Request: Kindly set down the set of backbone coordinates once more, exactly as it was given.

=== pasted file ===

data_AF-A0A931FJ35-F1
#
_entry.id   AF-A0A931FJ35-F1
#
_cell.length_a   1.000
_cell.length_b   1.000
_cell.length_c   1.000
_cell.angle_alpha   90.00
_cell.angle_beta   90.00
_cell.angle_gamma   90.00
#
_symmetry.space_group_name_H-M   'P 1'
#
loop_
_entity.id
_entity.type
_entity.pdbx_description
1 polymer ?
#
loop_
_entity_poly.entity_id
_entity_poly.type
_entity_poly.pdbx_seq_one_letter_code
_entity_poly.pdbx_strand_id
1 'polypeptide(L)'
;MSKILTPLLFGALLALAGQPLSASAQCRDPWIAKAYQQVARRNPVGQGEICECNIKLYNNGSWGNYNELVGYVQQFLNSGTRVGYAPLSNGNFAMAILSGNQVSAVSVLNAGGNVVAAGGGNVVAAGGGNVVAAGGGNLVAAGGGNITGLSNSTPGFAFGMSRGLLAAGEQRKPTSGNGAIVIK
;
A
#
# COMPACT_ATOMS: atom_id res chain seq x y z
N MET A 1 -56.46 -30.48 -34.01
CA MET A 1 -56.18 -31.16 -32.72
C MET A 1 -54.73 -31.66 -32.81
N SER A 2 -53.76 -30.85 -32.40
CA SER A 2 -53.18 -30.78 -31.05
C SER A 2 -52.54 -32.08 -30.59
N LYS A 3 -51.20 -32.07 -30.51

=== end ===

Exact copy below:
data_AF-A0A931FJ35-F1
#
_entry.id   AF-A0A931FJ35-F1
#
_cell.length_a   1.000
_cell.length_b   1.000
_cell.length_c   1.000
_cell.angle_alpha   90.00
_cell.angle_beta   90.00
_cell.angle_gamma   90.00
#
_symmetry.space_group_name_H-M   'P 1'
#
loop_
_entity.id
_entity.type
_entity.pdbx_description
1 polymer ?
#
loop_
_entity_poly.entity_id
_entity_poly.type
_entity_poly.pdbx_seq_one_letter_code
_entity_poly.pdbx_strand_id
1 'polypeptide(L)'
;MSKILTPLLFGALLALAGQPLSASAQCRDPWIAKAYQQVARRNPVGQGEICECNIKLYNNGSWGNYNELVGYVQQFLNSGTRVGYAPLSNGNFAMAILSGNQVSAVSVLNAGGNVVAAGGGNVVAAGGGNVVAAGGGNLVAAGGGNITGLSNSTPGFAFGMSRGLLAAGEQRKPTSGNGAIVIK
;
A
#
# COMPACT_ATOMS: atom_id res chain seq x y z
N MET A 1 -56.46 -30.48 -34.01
CA MET A 1 -56.18 -31.16 -32.72
C MET A 1 -54.73 -31.66 -32.81
N SER A 2 -53.76 -30.85 -32.40
CA SER A 2 -53.18 -30.78 -31.05
C SER A 2 -52.54 -32.08 -30.59
N LYS A 3 -51.20 -32.07 -30.51